With the descent of the Holy Spirit on the day of Pentecost, the Church, the body of Christ came into being. This great construction, spanning centuries of time and geographical expanses and including every believer in the Lord Jesus Christ, will continue to be built until the return of Christ when the Rapture signals its perfect completeness.
Shortly after the day of Pentecost another entity came into being. This was the church of God at Jerusalem, the very first local assembly. As the first such gathering, it provides a vital prototype for all that follow. Those “that gladly received” the message of the gospel “were baptized” and “added” to the assembly fellowship (Acts 2:41). This company, then, “continued steadfastly in the apostles’ doctrine, in the breaking of bread, and in prayers.” As distinct from the global coverage of the Church the body of Christ, this church was local, confined to Jerusalem. And, as the gospel spread throughout the Roman Empire its progress was marked by local assemblies – the churches of God. So, Paul could write to the Corinthians about the necessity to avoid giving offense “to the Jews, nor to the Gentiles, nor to the church of God” (1Cor 10:32). This instruction presupposed a body of individuals marked by their separation and distinctiveness, from existing religious and social groupings.
In the early centuries of church testimony this distinctiveness was clearly maintained. In an atmosphere of persecution, where identification with Christ could mean intense suffering, loss, and even death, no one would take lightly the decision to join with the believers. The pattern of conversion, baptism, and joining the local church was the actual, as well as the Scriptural, norm.
In the year 312, this began to change. That year marked the adoption of Christianity by the Roman emperor Constantine. The genuineness, or otherwise, of Constantine’s conversion remains unclear, but its impact on Christendom was undeniably dramatic. Christianity went from being a radical and peripheral religion to becoming the official religion of the Empire. Once it was a sure route to persecution and ostracism; then Christianity became the pathway to preferment and social advancement. Thus began the identification of church and state that has continued to the present day, to the consistent detriment of Scriptural Christianity.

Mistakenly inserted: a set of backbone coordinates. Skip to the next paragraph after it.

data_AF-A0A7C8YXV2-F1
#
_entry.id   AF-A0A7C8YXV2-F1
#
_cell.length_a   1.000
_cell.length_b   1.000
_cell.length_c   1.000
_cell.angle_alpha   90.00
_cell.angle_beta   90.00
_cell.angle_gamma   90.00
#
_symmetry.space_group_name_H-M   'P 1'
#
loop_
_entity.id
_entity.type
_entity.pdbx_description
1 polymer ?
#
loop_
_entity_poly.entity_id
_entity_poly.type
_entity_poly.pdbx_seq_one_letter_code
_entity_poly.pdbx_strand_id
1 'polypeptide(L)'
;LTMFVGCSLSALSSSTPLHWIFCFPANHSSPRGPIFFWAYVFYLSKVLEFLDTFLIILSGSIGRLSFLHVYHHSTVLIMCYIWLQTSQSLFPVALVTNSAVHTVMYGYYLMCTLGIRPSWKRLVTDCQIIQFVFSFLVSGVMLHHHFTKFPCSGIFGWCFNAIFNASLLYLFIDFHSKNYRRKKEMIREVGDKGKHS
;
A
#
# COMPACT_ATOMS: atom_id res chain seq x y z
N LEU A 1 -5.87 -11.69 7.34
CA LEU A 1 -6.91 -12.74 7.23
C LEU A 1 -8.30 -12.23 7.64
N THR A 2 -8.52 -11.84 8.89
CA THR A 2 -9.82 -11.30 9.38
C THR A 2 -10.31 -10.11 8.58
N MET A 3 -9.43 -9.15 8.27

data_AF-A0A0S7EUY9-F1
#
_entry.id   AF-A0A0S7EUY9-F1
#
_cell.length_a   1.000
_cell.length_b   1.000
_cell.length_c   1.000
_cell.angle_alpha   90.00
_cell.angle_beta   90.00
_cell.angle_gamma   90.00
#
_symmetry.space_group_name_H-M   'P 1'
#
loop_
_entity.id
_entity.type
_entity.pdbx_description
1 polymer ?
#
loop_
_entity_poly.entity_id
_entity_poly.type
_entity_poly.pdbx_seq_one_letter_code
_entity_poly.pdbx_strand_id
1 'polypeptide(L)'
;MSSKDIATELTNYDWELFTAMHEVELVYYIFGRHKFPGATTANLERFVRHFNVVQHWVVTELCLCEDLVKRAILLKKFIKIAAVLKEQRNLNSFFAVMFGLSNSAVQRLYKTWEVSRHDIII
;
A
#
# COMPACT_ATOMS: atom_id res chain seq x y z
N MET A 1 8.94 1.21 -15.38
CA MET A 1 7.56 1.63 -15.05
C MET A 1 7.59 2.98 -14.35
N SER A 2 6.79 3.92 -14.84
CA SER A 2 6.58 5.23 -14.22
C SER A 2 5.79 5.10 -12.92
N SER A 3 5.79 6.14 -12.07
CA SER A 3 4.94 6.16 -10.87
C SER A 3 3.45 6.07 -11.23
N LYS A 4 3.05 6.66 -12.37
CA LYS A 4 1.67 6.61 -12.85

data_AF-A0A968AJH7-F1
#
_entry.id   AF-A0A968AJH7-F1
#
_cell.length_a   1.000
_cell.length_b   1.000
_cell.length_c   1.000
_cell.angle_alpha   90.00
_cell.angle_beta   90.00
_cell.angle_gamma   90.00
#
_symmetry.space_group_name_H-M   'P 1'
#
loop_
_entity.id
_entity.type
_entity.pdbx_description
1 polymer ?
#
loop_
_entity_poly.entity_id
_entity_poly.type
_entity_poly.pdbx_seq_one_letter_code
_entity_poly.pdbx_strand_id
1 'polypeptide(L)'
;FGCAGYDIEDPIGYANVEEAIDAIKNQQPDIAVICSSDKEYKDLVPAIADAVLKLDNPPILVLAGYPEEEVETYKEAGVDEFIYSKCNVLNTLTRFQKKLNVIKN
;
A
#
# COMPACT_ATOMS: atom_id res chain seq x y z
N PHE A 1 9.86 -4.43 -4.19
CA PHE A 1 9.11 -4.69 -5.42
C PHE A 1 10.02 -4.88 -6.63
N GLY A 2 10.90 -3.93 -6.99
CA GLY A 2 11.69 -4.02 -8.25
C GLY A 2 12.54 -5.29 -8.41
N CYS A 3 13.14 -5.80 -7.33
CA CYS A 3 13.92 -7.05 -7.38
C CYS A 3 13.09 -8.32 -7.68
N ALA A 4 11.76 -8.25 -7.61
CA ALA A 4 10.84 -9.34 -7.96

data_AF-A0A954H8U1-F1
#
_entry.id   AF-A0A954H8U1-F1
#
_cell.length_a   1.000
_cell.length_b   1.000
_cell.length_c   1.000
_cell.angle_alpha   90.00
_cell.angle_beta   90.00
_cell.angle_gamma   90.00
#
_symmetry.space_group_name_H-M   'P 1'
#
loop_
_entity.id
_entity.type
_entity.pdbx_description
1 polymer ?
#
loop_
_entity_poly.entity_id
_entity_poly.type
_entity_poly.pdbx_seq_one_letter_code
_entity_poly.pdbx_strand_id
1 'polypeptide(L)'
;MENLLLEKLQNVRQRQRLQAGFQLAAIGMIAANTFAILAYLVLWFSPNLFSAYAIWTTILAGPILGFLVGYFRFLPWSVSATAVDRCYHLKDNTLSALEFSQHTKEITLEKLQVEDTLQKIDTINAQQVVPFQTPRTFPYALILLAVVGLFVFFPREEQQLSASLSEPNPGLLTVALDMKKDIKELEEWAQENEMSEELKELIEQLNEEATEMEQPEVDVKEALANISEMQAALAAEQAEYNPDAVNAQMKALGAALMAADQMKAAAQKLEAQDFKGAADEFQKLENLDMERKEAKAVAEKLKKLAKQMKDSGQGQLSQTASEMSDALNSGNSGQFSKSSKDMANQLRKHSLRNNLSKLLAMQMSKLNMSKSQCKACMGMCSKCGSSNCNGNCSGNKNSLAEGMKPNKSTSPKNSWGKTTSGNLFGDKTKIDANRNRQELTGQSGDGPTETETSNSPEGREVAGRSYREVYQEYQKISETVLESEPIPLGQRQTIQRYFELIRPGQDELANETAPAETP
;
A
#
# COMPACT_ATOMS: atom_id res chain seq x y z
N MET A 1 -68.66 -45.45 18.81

The sphere of Christendom that developed in the centuries after Constantine was very different to the New Testament experience. The acceptance of Christianity by a ruler – whether as the result of conviction or as the fruit of political expediency or dynastic imperatives – was regarded as signaling the wholesale conversion of his people. Baptism, by means of a mistaken analogy with circumcision, lost its Scriptural significance. From being a public act of identification with Christ, entered into by a true believer, it became a meaningless ritual carried out on infants who had no capacity either to believe or to reject the gospel.
While there were always those who practiced the Scriptural pattern of church testimony, this indiscriminate, national counterfeit became usual. Even the Reformation failed to address this issue adequately. Luther hoped that the German reformation would result in the end of an episcopal hierarchy, and a more obvious working out of the truth of the priesthood of all believers. As a temporary measure he approved the transfer of their property and power to Protestant nobles. These nobles were disinclined to relinquish that status, especially in light of the radical and violent events of the peasant’s revolt. Subsequently, the Peace of Augsburg, which brought the Thirty Years’ War to an end, enshrined the principle cuius regio, eius religio (whose realm, his religion). This meant that the rulers of individual states determined the religion of their state and of their citizens. In England, too, the conversion of the national church to Protestantism was a purely political decision by Henry VIII. While his son Edward VI pursued further reformation as a result of his genuine evangelical convictions, membership of the national church remained compulsory for each individual, regardless of their actual views. While the Scottish church differed in that it followed a Presbyterian model, it was still a national church, encompassing everyone – saved or unsaved.